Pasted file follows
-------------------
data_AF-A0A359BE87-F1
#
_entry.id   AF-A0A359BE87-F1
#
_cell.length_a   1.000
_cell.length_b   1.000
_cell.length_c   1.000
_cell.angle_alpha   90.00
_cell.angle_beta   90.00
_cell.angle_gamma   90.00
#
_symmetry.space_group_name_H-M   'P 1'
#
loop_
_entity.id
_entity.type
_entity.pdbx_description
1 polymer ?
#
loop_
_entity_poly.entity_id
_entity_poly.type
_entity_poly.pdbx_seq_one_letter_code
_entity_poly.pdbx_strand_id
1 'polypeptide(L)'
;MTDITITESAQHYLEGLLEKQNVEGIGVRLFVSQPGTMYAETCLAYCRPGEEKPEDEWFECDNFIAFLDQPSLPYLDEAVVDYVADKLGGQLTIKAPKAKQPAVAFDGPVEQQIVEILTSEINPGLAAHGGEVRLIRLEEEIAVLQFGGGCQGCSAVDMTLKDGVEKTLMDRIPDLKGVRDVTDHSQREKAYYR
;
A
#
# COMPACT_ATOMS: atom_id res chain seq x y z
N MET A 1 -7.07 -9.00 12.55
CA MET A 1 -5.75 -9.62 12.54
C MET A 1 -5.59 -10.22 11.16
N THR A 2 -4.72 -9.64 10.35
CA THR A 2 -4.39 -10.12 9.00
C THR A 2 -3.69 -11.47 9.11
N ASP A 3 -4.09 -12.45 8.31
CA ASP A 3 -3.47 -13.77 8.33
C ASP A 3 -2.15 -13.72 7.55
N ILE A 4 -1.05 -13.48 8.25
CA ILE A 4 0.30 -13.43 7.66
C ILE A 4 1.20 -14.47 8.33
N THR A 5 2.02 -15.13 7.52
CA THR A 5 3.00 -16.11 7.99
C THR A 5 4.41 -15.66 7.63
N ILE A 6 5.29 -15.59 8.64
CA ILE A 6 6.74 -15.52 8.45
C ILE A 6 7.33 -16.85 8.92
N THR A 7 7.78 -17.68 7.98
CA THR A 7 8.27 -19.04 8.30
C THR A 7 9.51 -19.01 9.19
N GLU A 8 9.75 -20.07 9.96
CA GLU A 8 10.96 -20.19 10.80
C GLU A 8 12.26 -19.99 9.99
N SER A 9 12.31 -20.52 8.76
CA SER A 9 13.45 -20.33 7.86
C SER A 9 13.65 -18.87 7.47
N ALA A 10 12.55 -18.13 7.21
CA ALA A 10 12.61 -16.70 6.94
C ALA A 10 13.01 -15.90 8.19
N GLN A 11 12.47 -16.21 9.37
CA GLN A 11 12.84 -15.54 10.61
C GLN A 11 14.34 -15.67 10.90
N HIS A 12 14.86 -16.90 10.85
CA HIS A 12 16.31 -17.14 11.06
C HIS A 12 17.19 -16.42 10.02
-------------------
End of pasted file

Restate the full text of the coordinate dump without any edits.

data_AF-A0A359BE87-F1
#
_entry.id   AF-A0A359BE87-F1
#
_cell.length_a   1.000
_cell.length_b   1.000
_cell.length_c   1.000
_cell.angle_alpha   90.00
_cell.angle_beta   90.00
_cell.angle_gamma   90.00
#
_symmetry.space_group_name_H-M   'P 1'
#
loop_
_entity.id
_entity.type
_entity.pdbx_description
1 polymer ?
#
loop_
_entity_poly.entity_id
_entity_poly.type
_entity_poly.pdbx_seq_one_letter_code
_entity_poly.pdbx_strand_id
1 'polypeptide(L)'
;MTDITITESAQHYLEGLLEKQNVEGIGVRLFVSQPGTMYAETCLAYCRPGEEKPEDEWFECDNFIAFLDQPSLPYLDEAVVDYVADKLGGQLTIKAPKAKQPAVAFDGPVEQQIVEILTSEINPGLAAHGGEVRLIRLEEEIAVLQFGGGCQGCSAVDMTLKDGVEKTLMDRIPDLKGVRDVTDHSQREKAYYR
;
A
#
# COMPACT_ATOMS: atom_id res chain seq x y z
N MET A 1 -7.07 -9.00 12.55
CA MET A 1 -5.75 -9.62 12.54
C MET A 1 -5.59 -10.22 11.16
N THR A 2 -4.72 -9.64 10.35
CA THR A 2 -4.39 -10.12 9.00
C THR A 2 -3.69 -11.47 9.11
N ASP A 3 -4.09 -12.45 8.31
CA ASP A 3 -3.47 -13.77 8.33
C ASP A 3 -2.15 -13.72 7.55
N ILE A 4 -1.05 -13.48 8.25
CA ILE A 4 0.30 -13.43 7.66
C ILE A 4 1.20 -14.47 8.33
N THR A 5 2.02 -15.13 7.52
CA THR A 5 3.00 -16.11 7.99
C THR A 5 4.41 -15.66 7.63
N ILE A 6 5.29 -15.59 8.64
CA ILE A 6 6.74 -15.52 8.45
C ILE A 6 7.33 -16.85 8.92
N THR A 7 7.78 -17.68 7.98
CA THR A 7 8.27 -19.04 8.30
C THR A 7 9.51 -19.01 9.19
N GLU A 8 9.75 -20.07 9.96
CA GLU A 8 10.96 -20.19 10.80
C GLU A 8 12.26 -19.99 9.99
N SER A 9 12.31 -20.52 8.76
CA SER A 9 13.45 -20.33 7.86
C SER A 9 13.65 -18.87 7.47
N ALA A 10 12.55 -18.13 7.21
CA ALA A 10 12.61 -16.70 6.94
C ALA A 10 13.01 -15.90 8.19
N GLN A 11 12.47 -16.21 9.37
CA GLN A 11 12.84 -15.54 10.61
C GLN A 11 14.34 -15.67 10.90
N HIS A 12 14.86 -16.90 10.85
CA HIS A 12 16.31 -17.14 11.06
C HIS A 12 17.19 -16.42 10.02